Once a technician has spliced a fiber optic cable, he or she must test the splice to verify it is strong and has low loss. The technician must add the test data to the documentation for future reference and present it to the cable plant owner to verify the installation has been done correctly.


The testing process begins in the fusion-splicing machine. After fusing the fibers, the machine pulls on the splice to ensure it is mechanically strong. Most splicing machines also provide the operator a display of splice loss, but it is only an estimate based on the fiber alignment method the splicer uses.


Most splicers today use “profile alignment,” which is based on the video images of the fibers being spliced. Splicers use video images from two axes angled 90 degrees apart to analyze the cores’ alignment (or sometimes the cladding) of the fibers being spliced. The analysis evaluates the geometry of both fibers and the alignment to estimate the loss. If the fibers are within specifications and of the same type, the estimate should be reasonable. Splicing mismatched fibers may make the estimate less reliable.


Some older splicers use a local injection and detection (LID) system to align fibers and estimate loss. This system bends the fibers to inject some light on one side of the splice and detect it on the other side. Fibers are aligned when the maximum amount of light is transmitted through the joint between the fibers. Since the coupling into and out of the fibers is not always the same, absolute loss measurements are impossible, so the splicer can only estimate the splice loss.


Some types of fibers can fool both of these methods, especially when splicing different fiber types together. The new bend-insensitive fibers may not be a problem for some profile alignment splicers but are a big problem with LID alignment versions.


The only legitimate method to check splice loss is using an optical time-domain reflectometer (OTDR). If you know how to use one, you know you need to check from both directions and average to get trustworthy data. The way OTDRs work—measuring fiber backscatter over distance to imply fiber attenuation—causes that quirk of OTDR measurements.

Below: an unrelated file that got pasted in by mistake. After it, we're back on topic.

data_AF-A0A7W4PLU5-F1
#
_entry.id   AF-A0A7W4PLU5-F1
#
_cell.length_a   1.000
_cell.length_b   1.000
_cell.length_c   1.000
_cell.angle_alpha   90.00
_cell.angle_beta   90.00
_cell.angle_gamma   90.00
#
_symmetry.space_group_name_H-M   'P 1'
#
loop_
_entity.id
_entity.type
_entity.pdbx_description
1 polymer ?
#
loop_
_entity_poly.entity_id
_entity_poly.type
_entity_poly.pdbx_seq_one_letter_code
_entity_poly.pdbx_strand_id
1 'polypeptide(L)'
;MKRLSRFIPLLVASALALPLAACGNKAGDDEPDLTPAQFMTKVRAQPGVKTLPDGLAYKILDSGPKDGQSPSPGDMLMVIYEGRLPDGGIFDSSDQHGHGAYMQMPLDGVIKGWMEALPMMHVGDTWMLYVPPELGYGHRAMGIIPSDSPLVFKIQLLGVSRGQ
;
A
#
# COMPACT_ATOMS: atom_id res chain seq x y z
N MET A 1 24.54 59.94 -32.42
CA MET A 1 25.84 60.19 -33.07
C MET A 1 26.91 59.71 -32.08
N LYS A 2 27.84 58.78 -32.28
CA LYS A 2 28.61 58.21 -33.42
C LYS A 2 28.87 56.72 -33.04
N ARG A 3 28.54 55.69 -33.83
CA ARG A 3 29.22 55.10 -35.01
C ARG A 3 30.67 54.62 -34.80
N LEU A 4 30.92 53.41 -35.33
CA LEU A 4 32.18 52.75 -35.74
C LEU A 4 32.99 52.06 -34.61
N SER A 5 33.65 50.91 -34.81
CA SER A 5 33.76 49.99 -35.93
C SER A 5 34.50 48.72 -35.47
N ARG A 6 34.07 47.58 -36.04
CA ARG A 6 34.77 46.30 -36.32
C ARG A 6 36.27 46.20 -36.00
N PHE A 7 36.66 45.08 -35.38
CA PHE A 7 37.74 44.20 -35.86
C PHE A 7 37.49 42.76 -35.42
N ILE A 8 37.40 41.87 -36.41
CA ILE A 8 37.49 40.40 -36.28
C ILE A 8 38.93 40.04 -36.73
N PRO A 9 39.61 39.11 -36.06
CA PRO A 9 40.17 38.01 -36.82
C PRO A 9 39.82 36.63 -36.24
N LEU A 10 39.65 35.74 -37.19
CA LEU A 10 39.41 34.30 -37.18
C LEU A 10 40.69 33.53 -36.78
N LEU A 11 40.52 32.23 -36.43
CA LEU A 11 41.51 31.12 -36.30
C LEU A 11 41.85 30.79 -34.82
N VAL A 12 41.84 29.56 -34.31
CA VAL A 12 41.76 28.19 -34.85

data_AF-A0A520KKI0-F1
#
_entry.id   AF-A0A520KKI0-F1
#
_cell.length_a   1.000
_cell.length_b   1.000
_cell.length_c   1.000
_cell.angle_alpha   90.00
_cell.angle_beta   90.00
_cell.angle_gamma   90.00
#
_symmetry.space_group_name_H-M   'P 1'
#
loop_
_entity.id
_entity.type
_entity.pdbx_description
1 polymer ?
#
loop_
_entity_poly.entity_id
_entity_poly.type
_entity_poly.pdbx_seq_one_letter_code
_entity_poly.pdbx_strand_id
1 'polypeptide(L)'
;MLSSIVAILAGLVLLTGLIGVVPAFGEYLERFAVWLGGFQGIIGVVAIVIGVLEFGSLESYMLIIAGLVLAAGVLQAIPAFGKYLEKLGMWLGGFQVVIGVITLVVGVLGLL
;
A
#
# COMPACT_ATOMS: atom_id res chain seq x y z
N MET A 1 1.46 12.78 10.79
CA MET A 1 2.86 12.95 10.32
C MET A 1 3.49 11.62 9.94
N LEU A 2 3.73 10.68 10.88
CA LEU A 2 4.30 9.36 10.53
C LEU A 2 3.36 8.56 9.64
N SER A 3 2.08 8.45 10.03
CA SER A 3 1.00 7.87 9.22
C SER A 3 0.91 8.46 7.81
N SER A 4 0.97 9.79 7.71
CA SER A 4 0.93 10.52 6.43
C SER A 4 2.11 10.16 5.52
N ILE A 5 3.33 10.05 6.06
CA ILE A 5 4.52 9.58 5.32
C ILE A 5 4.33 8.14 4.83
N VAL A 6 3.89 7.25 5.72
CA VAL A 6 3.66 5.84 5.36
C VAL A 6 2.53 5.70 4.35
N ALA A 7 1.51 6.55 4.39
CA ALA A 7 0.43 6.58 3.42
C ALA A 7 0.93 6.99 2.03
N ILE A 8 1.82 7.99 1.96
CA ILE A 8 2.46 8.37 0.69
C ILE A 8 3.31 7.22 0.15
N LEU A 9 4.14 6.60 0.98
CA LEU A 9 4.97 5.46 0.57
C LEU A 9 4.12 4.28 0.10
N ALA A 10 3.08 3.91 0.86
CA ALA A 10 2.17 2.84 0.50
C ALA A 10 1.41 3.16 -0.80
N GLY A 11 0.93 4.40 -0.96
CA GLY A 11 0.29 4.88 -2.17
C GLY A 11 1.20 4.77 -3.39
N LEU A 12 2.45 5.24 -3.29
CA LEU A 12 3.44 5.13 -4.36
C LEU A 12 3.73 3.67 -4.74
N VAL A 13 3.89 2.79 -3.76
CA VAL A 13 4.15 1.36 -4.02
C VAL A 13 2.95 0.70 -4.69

If you break a fiber and splice it back together, the fibers will have the same backscatter coefficient on both sides of the splice, and the OTDR’s splice loss measurement will be correct. If you are splicing two fibers together from different batches and have different backscatter coefficients, that difference will cause directional variation in the measured loss, depending on the direction.


If you splice a high backscatter fiber to a low backscatter fiber, there will be directional differences. OTDR testing from high to low backscatter fibers will show a higher loss than the real loss. Testing from low to high backscatter fiber will show lower loss or even a “gainer” where the OTDR sees gain instead of loss, an impossible situation in the real world, making it obvious that the data is erroneous.


The solution is to test in both directions and average the results, which removes the errors caused by backscatter differences. In most cases, this is impractical while the tech is making the splices and will be performed only after all of the cable plant has been spliced together and final testing is done.


Knowing all of the problems, is there a more practical solution? The best bet is to use care in the splicing process and to trust your splicing machine’s estimates, then test and document consistently.


If you correctly maintain your splicer and cleaver, they should operate properly. You can check the fiber cleaves on the splicer display, and the machine should automatically check and reject bad cleaves. If your equipment starts encountering problems, have it serviced by an authorized dealer immediately.


Remember that the fusion splicer has preprogrammed operational cycles for each type of fiber that sets the proper prefuse cycle, correct arc heat and fusion time for the actual splice. You always need to ensure the splicer is properly set for the types of fibers being spliced.


If you set up the machine properly and follow the correct procedures, you can be confident that the machine will do its job and provide reliable results. If you compare the machine’s splice estimates with some bidirectional OTDR test results, you can confirm whether the machine’s estimates are trustworthy. That’s a good experiment for a dreary day in the office when you are tired of doing paperwork.